Robot drones use wireless charging to extend battery life
Seattle-based WiBotic has developed wireless charging and power optimisation for robot fleets. The autonomous system uses Vicor’s 48V VI Chip PRM regulator to power the adaptive matching transmitter onboard the WiBotic TR-110 wireless charging station, which feeds power wirelessly to the robot’s or unmanned vehicle’s (UV’s) onboard receiver. The 400W high-efficiency VI Chip PRM operates from a 36 to 75V input to generate a regulated output. The PRM accepts 48V from an AC/DC power supply and the output voltage is adaptively controlled and trimmed from approximately 20 to 55V.
According to Vicor, the VI Chip PRM regulator power module neutralises thermal management constraints, enabling adaptive-matching transmitter for any battery, any robot and any station.
The demand for more efficient and flexible charging solutions for robotic fleets is increasing yet it is becoming less feasible to recharge them for use 24/7.
WiBotic’s wireless charging and power optimisation for aerial, mobile, marine and industrial robots enable them to be recharged through wireless charging stations, eliminating the need for human operators to physically connect the robots to chargers. Wireless charging reduces wear and tear on physical connection points, eliminates trip hazards from power cords and floor-mounted charging stations, and eliminates the requirement for dedicated charging areas, points out Vicor.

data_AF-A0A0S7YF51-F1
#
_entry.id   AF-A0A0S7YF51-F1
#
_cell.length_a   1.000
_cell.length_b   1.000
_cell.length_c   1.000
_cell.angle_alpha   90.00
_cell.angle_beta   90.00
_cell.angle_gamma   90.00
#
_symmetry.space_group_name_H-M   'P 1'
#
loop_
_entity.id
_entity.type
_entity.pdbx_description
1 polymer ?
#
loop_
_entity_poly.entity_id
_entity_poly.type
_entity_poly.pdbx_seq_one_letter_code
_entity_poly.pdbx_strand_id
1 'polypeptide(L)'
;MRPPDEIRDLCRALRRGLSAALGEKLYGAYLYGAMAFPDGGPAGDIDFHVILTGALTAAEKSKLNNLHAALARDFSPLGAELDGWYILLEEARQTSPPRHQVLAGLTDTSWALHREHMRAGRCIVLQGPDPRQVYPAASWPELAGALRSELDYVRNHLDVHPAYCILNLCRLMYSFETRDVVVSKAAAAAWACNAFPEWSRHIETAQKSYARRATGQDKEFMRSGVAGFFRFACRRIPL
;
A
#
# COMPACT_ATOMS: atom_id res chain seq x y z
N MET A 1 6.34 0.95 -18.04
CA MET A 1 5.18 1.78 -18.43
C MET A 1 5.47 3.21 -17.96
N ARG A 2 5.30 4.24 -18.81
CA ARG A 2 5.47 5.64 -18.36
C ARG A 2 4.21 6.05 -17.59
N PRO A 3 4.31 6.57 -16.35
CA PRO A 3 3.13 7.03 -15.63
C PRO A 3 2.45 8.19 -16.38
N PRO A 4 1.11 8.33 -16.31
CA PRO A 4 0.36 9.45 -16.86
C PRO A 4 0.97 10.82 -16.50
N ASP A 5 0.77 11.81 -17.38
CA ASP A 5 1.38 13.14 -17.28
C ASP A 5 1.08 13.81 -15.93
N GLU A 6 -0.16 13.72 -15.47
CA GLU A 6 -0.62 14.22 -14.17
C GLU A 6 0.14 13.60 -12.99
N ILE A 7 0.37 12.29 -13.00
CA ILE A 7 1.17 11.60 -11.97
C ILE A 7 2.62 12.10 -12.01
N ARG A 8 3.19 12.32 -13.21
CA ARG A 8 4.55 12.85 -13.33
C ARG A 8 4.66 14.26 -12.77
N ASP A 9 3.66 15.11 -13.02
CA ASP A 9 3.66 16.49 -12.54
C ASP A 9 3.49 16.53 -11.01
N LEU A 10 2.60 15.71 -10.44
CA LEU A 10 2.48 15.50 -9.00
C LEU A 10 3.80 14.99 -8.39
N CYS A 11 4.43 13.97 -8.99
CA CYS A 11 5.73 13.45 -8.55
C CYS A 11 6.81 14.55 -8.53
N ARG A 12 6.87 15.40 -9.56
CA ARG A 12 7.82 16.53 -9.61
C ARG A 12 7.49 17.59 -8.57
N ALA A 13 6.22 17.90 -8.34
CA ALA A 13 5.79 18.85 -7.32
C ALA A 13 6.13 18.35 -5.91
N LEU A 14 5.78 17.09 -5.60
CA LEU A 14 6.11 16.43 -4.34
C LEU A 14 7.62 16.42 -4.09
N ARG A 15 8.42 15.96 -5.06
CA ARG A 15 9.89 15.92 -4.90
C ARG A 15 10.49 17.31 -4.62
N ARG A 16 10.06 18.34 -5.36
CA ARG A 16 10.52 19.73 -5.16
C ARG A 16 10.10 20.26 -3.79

WiBotic wireless charging solutions are designed to facilitate “many-to-many” charging, whereby multiple robots (which can be from different manufacturers) can charge from the same transmitter at different times. Alternatively, an entire fleet of robots can move between a network of transmitters in different locations within a warehouse. It means any robot can charge from any station, even if different battery chemistries, voltages and charging currents are involved.
The Vicor PRM enables consistent, high efficiency conversion across the full range of impedances, flexibly supporting full charge and trickle charge modes with no significant drop-off in efficiency at lower power levels. According to Vicor, competing power components fail to achieve this benchmark. The conversion capability yielded a tightly consistent, maximum device temperature of 40 to 45 degrees C, helping to neutralise thermal management constraints across the full power range.
Vicor designs, develops, manufactures and markets modular power components and complete power systems based upon a portfolio of patented technologies. Headquartered in Andover, Massachusetts, Vicor sells its products to the power systems market, including enterprise and high-performance computing, industrial equipment and automation, telecommunications and network infrastructure, vehicles and transportation, aerospace and defense.